When did you pitch Onyx Equinox?
Very early 2018. I believe.
And did you feel confident? Did you think, "Yeah, I'm going to get my own anime?" Or were you feeling a bit nervous, like, "Oh, I wonder how this is going to go down?"
You know what, the truth is, is that this wasn't even supposed to be a pitch. I had my pitch Bible together because I wanted to pitch it, but this was ... the meeting that I had with Marisa Balkus who is one of the executives there for Crunchyroll Originals, it was just a general meet and greet. Kind of like how we're doing right now. We're just talking, introducing myself. And that's when I thought we were coming to a close of our conversation and we still had a little bit of time. So I thought, "You know what, I'm going to take my shot." And I believed in my story. I believe in it. I don't think I doubted my story. If anything, I doubted myself a little bit, but because I have such love for my story, that fuelled me to be brave and just, because the worst that could have happened was she says, "Oh, not right now." Or, "Let's make a meeting for another time." Right? And now I'm here.
How did you celebrate?
I went to have lunch with my friends. They were obviously all very happy for me. One of them brought a bottle of champagne and it was, I don't know. Honestly, I don't think it even hit me there that it was happening. To a certain point, it hasn't even hit me yet that it's ... obviously, I'm seeing the show come together and the final picture, but I feel that once this is over, everything is wrapped up with a nice ribbon on it, and people start watching it, I feel like that's when it's going to hit me fully. Because the trailer came out and everything and I was like, "Oh my gosh. It's out there. Crazy." But this is going to be different for sure.
Are you nervous about how it will be received by the fandom?
A little bit of yes and a little bit of no. I believe that since anime has such broad diversity when it comes to its content and styles, obviously, I'm excited for people to get to know the characters and relate to them. And I feel that that's, what's going to make Onyx shine. I think that if they love the characters and if they connect with them, I would consider that a success on its own. So I'm nervous because I'll be putting myself out there... Onyx speaks a lot about myself and my team and our own experiences and our own hearts put into it. So of course, it's always nervous about being critiqued so openly, but you know what? It's part of that and I'm pretty confident people will love it.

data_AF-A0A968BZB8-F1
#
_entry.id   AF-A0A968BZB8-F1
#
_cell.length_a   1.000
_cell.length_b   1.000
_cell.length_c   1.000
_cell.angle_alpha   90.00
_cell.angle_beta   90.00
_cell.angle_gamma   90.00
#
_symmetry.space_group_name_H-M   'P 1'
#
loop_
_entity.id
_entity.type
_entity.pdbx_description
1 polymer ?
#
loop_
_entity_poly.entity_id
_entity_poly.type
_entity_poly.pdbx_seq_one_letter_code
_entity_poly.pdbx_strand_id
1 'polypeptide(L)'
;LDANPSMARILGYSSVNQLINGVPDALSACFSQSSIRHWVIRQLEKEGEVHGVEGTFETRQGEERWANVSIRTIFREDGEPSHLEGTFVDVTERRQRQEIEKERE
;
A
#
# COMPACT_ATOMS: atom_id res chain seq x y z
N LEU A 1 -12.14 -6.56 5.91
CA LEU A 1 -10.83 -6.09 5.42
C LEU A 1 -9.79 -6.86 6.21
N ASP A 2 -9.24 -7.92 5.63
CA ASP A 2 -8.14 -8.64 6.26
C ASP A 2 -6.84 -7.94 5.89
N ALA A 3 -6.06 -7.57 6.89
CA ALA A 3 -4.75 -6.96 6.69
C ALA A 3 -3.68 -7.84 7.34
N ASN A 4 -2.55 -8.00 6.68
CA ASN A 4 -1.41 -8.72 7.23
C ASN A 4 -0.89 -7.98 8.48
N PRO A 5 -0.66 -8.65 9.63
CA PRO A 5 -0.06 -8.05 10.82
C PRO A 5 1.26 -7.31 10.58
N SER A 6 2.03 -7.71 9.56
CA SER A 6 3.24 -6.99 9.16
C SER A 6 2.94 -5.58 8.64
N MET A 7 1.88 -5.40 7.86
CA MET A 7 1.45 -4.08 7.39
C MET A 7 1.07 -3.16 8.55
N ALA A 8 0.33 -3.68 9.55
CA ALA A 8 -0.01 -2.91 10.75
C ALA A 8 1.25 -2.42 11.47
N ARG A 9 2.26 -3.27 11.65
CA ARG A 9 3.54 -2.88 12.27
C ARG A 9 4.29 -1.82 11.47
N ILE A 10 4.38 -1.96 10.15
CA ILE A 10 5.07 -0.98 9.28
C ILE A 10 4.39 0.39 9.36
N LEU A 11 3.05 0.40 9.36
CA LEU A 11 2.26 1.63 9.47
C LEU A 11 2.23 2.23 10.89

And do you think that the Mexican audience will get something out of it that maybe the rest of us don't? Do you think that culture will speak to a different audience in a different kind of way?
No, I've actually thought about this from the very first time I started putting the story together. I thought, "Well, all my life, I grew up watching anime," from obviously Japan and they put a lot of their culture and their history into their shows and a lot of times, obviously it will go over my head, but because I'm there with the characters and the story, eventually there's context that makes me go, "Okay, I'm following now." But if there were gaps of things that maybe would have been obvious for someone who lived in Japan and know the history and you know, grew up there, if I didn't understand something, I was so involved with the story and the characters and just kind of wanting to know more that I would go online and Google, what is, for example, the [inaudible 00:13:09]. What is that? And why is this character ... what's their ideology and why is it tied so much to this?
And I hope that Onyx fans that are not from Mexico, that because they're so excited and connected to the characters, I'm hoping that it will be the same for them. Right? Because how many of us did not ... Personally, I learned a lot of like the lyrics to the opening sequences, even though I, for the most part, did not know what they were saying. It was just a cool song, cool music. And it made me feel great. So I'm hoping that Onyx has that kind of a feeling for people and makes them just, I guess I'm being redundant when I just want to say, if you can relate to a character, the setting and the story becomes ... Just it clicks.
Can you name three anime series that influenced you growing up?
To begin with my first ever exposure to anime was Saint Seiya in Spanish and Dragon Ball and Cardcaptor. Again, there's such diversity in anime. There's a little bit for everyone. Having brothers, of course I watched more of the shonen stuff, but even though supposedly the demographic was more towards me as a girl, I was still able to connect to them and their stories. So yeah, those were the big ones.
How many brothers have you got?